Tag Archives: Rep. Austin Scott

The Twists & Turns of Replacing
Georgia’s Sen. Johnny Isakson

Georgia Sen. Johnny Isakson (R)

By Jim Ellis

Sept. 9, 2019 — Political chatter about the new Georgia Senate race is becoming prevalent. As we know, last week Georgia Sen. Johnny Isakson (R) announced that he will resign at the end of this year due to health problems. A great deal of speculation has occurred since, not only about who will be appointed to succeed the senator, but also who will run in the 2020 special election, and even about the election procedure, itself.

At this point, we know that Gov. Brian Kemp (R) will name a replacement for Sen. Isakson. The selected individual will serve throughout 2020 and will likely run in the succeeding special election. The winner then serves the balance of the current term and would be eligible to run for a full six-year stint in the 2022 election.

The special is scheduled somewhat concurrently with the November 2020 general election. It’s possible, however, that the initial Nov. 3 vote will not immediately produce a winner, thus forcing an early January 2021 run-off. The candidates will first run in a jungle primary – that is, all contenders regardless of party designation appearing on the same ballot – and if no one receives a majority vote, the top two finishers will advance to a run-off election to be held Jan. 5, 2021.

There is a potential scheduling nuance, however. Since the 2020 candidate filing deadline is March 6 for a May 19 regular primary and July 21 regular run-off, it is highly unlikely that the special election candidates will also file on that particular date. Therefore, if the candidate filing deadlines are different, will that allow individuals to run for an office in the 2020 regular cycle, and then simultaneously appear on the special US Senate election ballot? The question appears to be unanswered right now, and likely won’t be resolved until Gov. Kemp names his appointment and officially sets the election calendar.

The dual office speculation is beginning on the Democratic side because freshman Rep. Lucy McBath (D-Marietta) indicated yesterday that she is considering a potential Senate run. It would be assumed that the congresswoman would have to risk her House seat to run in the special, but is such the case? Since she, or anyone else, would already be filed for a race in 2020 before the Senate special filing deadline, does such status disqualify those candidates from entering the latter race?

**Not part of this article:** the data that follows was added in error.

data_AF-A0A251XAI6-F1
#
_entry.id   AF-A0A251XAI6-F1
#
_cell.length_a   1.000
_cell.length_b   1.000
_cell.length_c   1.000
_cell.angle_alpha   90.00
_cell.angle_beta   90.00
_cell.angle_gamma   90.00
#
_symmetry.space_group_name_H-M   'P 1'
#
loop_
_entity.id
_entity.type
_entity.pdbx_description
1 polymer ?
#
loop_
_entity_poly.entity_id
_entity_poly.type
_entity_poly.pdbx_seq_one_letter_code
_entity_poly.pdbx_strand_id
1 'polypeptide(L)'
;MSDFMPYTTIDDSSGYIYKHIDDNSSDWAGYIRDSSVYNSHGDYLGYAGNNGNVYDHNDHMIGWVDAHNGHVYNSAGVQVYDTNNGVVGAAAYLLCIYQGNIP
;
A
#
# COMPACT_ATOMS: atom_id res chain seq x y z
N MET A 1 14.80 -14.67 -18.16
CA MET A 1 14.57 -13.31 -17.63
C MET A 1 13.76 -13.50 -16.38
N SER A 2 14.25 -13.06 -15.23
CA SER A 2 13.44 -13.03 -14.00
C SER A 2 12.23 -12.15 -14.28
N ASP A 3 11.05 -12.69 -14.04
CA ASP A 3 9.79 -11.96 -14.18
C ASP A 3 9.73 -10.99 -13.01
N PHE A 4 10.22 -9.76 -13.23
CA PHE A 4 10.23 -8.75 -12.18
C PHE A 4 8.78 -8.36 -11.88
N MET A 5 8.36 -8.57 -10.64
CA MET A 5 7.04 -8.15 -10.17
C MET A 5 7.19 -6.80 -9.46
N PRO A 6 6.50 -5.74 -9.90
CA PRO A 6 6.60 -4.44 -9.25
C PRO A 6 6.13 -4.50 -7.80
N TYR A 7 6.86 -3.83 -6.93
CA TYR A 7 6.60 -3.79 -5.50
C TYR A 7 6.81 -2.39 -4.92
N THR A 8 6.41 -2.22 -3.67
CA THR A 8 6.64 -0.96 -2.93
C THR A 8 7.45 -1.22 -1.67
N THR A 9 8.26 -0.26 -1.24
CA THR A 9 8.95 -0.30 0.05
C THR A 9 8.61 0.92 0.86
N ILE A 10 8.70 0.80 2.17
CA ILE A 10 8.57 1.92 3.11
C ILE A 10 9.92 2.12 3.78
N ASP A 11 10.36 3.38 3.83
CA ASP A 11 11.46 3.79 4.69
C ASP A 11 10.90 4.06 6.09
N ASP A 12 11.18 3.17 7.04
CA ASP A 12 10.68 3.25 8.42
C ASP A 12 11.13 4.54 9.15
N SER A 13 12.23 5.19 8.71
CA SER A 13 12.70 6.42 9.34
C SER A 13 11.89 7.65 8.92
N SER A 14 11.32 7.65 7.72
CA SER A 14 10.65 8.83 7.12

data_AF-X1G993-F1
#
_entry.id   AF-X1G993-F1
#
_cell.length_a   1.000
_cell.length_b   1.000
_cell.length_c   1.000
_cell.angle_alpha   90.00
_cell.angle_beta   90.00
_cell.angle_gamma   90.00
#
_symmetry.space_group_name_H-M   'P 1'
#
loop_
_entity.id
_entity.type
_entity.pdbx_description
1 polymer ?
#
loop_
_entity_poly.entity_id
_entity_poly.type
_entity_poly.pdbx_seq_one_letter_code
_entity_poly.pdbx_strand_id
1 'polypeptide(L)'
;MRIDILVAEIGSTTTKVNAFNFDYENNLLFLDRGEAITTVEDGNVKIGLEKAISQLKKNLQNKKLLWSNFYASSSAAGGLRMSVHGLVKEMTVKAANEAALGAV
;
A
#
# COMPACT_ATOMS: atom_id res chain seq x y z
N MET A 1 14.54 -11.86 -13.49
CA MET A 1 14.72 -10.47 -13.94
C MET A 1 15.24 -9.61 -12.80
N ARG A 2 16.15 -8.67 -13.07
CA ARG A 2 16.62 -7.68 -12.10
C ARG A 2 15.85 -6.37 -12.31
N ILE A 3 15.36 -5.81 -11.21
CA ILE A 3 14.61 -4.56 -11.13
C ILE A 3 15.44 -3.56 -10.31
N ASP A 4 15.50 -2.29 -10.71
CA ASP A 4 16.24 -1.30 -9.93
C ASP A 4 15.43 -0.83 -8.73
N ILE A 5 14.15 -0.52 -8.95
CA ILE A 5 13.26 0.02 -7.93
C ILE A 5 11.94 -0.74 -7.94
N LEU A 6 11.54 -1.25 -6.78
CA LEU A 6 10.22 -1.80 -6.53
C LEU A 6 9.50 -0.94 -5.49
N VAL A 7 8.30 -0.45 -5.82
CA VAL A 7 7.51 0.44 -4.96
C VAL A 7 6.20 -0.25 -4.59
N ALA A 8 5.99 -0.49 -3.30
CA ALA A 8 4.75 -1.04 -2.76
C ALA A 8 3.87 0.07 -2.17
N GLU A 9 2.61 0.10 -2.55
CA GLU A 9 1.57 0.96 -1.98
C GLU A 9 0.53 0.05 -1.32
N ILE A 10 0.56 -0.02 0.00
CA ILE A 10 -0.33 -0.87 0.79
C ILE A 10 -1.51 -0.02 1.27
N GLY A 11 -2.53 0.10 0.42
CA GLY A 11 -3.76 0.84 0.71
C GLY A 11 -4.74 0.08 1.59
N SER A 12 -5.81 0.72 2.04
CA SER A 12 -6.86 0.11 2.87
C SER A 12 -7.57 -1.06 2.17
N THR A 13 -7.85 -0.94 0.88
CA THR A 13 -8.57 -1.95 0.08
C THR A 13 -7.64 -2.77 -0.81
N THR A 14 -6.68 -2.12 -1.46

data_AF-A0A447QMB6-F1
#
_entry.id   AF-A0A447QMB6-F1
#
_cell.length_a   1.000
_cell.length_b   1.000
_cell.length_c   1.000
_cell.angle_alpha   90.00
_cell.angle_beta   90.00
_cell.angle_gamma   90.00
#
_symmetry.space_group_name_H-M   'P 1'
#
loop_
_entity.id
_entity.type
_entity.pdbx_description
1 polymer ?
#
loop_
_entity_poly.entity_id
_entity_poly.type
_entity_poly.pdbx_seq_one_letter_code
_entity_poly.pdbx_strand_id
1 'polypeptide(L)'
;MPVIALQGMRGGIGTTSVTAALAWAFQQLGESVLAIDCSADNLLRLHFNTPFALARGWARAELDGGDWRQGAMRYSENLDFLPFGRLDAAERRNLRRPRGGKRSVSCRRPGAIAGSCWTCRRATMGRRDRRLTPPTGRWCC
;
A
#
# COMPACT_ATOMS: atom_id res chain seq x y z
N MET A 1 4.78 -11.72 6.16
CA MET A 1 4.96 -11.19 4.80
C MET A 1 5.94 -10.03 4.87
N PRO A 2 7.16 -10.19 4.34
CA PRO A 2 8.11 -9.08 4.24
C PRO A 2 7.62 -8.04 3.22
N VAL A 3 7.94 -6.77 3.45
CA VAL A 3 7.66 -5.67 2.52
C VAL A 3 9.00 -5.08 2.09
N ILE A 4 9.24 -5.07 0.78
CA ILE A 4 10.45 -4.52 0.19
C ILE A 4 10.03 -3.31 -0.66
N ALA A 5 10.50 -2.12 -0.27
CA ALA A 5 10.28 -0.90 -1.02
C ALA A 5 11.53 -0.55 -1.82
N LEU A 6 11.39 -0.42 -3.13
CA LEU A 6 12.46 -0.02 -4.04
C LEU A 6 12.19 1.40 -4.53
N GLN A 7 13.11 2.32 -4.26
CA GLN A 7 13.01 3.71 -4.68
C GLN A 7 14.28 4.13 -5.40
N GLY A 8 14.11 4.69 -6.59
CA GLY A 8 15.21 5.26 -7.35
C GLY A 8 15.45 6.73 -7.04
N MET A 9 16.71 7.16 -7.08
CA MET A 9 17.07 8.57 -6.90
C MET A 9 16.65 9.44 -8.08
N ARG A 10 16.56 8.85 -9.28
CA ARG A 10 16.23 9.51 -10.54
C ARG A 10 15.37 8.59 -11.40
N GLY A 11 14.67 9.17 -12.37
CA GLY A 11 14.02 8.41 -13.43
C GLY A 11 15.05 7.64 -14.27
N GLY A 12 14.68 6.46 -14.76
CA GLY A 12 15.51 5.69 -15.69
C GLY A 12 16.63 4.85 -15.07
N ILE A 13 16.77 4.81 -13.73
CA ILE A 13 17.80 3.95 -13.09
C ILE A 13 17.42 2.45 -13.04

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An Incumbents’ Night

By Jim Ellis

May 26, 2016 — It was an incumbents’ night on Tuesday. For example, despite wide dissatisfaction with their federal elected officials, particularly among Republican voters, incumbents again scored well in the Georgia primary.

Georgia

Several House members have now been effectively re-elected for another term. Representatives Buddy Carter (R-GA-1), Jody Hice (R-GA-10), and David Scott (D-GA-13) faced no primary opposition and have no major party opponent for the fall campaign, thus effectively winning a new term.

Rep. Doug Collins (R-GA-9) prevailed in his multi-opponent re-nomination battle. He scored 61 percent of the vote against former Rep. Paul Broun (R-GA-10), who previously represented about half of this seat pre-redistricting and was attempting an ill-fated political comeback after losing the 2014 Senate Republican primary. Broun notched 22 percent, while the remaining three candidates split the outstanding 17 percent. With no Democratic opposition for November, Collins also won his re-election last night.

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Today’s Primaries

By Jim Ellis

May 24, 2016 — Voters in several states go to the polls in primary elections today, but only one group will vote for president.

Washington

Washington State Republicans will visit the polling places and cast ballots in the presidential contest even though the delegates were just chosen over the weekend. Though the state convention participants overwhelmingly chose Sen. Ted Cruz supporters as national delegates, they will still be bound to the voters’ choice on the first ballot at the Republican National Convention.

Turnout will likely be low because the nomination of Donald Trump is now a foregone conclusion, and the state primary, featuring the US Senate and House races, will not occur until Aug. 2. Therefore, today’s vote is a stand-alone Republican presidential contest since Democrats have previously voted in caucus.

Washington is a 20 percent threshold state, and there is a reasonable chance that Trump will be the only contender to exceed the minimum percentage. If so, he would be awarded all 11 at-large delegates.

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